Cover of Stacey Kent's latest CD, The Boy Next Door (Candid Records, 2003)
Jazz singer Stacey Kent's story would make a good Hollywood movie. She grew up in New Jersey, and was studying languages and literature for a masters degree in Europe when she had a chance meeting with a saxophone player in Oxford, England, that changed her life.
The sax player, Jim Tomlinson, would later become her husband. After a year's study at the Guildhall School of Music in England, she hit the London jazz scene. Her first demo tape led to a contract and a first album, Close Your Eyes. Kent now can boast a string of five best-selling CDs and an armful of awards, including the 2001 British Jazz Award and 2002 BBC Jazz Award for Best Vocalist.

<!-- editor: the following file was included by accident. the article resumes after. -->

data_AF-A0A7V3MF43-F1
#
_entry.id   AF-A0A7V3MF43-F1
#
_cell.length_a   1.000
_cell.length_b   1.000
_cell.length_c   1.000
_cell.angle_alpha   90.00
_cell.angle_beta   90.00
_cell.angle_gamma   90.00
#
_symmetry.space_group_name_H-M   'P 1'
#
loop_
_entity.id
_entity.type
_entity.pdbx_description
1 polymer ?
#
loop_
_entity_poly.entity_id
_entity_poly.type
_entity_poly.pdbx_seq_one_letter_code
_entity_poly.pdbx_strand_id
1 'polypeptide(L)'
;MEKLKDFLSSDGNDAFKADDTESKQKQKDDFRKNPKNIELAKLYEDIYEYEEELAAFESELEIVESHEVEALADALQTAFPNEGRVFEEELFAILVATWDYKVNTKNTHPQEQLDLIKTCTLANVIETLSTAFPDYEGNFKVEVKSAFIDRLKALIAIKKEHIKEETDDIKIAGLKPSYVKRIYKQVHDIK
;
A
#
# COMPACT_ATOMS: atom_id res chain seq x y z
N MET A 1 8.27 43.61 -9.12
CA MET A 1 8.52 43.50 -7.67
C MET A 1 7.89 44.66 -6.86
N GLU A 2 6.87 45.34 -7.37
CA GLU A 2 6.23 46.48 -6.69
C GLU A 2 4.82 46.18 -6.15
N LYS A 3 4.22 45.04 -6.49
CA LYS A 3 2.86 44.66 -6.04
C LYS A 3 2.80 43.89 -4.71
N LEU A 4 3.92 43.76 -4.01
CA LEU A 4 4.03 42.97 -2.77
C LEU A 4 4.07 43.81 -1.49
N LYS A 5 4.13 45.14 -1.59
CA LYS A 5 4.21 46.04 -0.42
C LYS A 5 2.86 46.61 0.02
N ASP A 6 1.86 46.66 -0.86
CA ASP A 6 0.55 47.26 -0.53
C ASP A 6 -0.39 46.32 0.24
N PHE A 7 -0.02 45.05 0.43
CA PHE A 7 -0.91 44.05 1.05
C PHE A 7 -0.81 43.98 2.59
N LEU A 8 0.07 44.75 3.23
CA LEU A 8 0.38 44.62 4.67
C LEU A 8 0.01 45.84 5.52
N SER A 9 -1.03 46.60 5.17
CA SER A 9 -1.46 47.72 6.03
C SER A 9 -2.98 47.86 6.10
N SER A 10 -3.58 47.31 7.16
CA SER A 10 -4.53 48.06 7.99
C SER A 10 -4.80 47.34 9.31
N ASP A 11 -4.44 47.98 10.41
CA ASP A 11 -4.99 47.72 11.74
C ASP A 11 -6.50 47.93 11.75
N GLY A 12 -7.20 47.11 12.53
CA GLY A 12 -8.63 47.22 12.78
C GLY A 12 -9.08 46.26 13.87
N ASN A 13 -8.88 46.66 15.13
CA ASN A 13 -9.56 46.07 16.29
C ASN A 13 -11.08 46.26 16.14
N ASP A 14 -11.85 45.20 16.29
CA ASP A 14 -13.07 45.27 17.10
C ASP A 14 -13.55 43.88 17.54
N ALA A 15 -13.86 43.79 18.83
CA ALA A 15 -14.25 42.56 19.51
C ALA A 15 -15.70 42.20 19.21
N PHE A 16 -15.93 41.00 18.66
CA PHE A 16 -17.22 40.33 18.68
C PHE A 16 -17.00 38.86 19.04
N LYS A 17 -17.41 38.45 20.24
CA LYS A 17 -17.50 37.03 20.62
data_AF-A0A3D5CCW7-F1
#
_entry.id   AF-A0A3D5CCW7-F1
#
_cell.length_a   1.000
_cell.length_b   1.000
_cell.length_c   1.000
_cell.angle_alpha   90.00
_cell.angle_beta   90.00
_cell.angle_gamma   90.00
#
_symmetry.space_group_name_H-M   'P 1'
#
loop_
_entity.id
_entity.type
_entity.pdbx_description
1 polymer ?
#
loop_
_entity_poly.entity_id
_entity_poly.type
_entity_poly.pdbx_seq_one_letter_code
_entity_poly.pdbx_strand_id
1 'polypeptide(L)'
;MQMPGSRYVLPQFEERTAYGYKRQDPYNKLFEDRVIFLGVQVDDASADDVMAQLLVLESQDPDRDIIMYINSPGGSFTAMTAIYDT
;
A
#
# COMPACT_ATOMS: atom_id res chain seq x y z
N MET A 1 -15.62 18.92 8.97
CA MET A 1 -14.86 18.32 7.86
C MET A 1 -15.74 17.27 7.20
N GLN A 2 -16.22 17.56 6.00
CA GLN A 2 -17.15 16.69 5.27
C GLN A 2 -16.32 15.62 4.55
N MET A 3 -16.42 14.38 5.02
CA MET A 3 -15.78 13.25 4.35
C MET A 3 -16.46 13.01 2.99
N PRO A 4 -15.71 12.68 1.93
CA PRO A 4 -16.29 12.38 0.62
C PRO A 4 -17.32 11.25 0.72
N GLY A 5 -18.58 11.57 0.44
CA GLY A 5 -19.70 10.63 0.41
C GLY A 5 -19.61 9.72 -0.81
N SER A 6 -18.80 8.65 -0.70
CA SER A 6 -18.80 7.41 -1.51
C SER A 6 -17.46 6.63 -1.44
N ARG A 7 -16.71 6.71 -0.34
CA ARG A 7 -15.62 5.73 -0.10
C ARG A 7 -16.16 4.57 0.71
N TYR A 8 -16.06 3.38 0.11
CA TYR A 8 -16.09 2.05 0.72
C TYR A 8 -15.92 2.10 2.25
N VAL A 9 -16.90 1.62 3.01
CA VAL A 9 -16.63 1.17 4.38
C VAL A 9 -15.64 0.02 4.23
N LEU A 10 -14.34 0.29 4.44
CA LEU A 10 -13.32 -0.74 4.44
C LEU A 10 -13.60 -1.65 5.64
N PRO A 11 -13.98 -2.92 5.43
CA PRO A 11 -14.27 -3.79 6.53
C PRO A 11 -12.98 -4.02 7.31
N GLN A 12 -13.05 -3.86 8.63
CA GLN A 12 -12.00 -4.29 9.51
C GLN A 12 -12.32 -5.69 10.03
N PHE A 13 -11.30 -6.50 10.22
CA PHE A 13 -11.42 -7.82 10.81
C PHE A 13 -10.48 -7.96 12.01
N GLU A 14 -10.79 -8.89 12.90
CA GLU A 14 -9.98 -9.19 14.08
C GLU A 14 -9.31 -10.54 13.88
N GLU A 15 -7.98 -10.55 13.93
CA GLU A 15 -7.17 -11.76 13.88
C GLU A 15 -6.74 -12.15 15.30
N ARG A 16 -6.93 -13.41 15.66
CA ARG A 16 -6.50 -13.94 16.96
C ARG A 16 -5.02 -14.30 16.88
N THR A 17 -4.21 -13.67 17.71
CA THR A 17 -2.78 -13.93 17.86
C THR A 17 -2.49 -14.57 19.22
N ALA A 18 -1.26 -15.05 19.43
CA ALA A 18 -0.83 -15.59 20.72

With her latest CD, The Boy Next Door, Kent hopes to make an even bigger splash in the United States. And on the album, she's paying tribute to her own American heroes — the singers she grew up listening to, representing many different genres.
"Perry Como wasn't that different to me than Paul Simon or Ray Charles," she tells NPR's Linda Wertheimer. "I was just a kid with a really, hugely voracious appetite for music."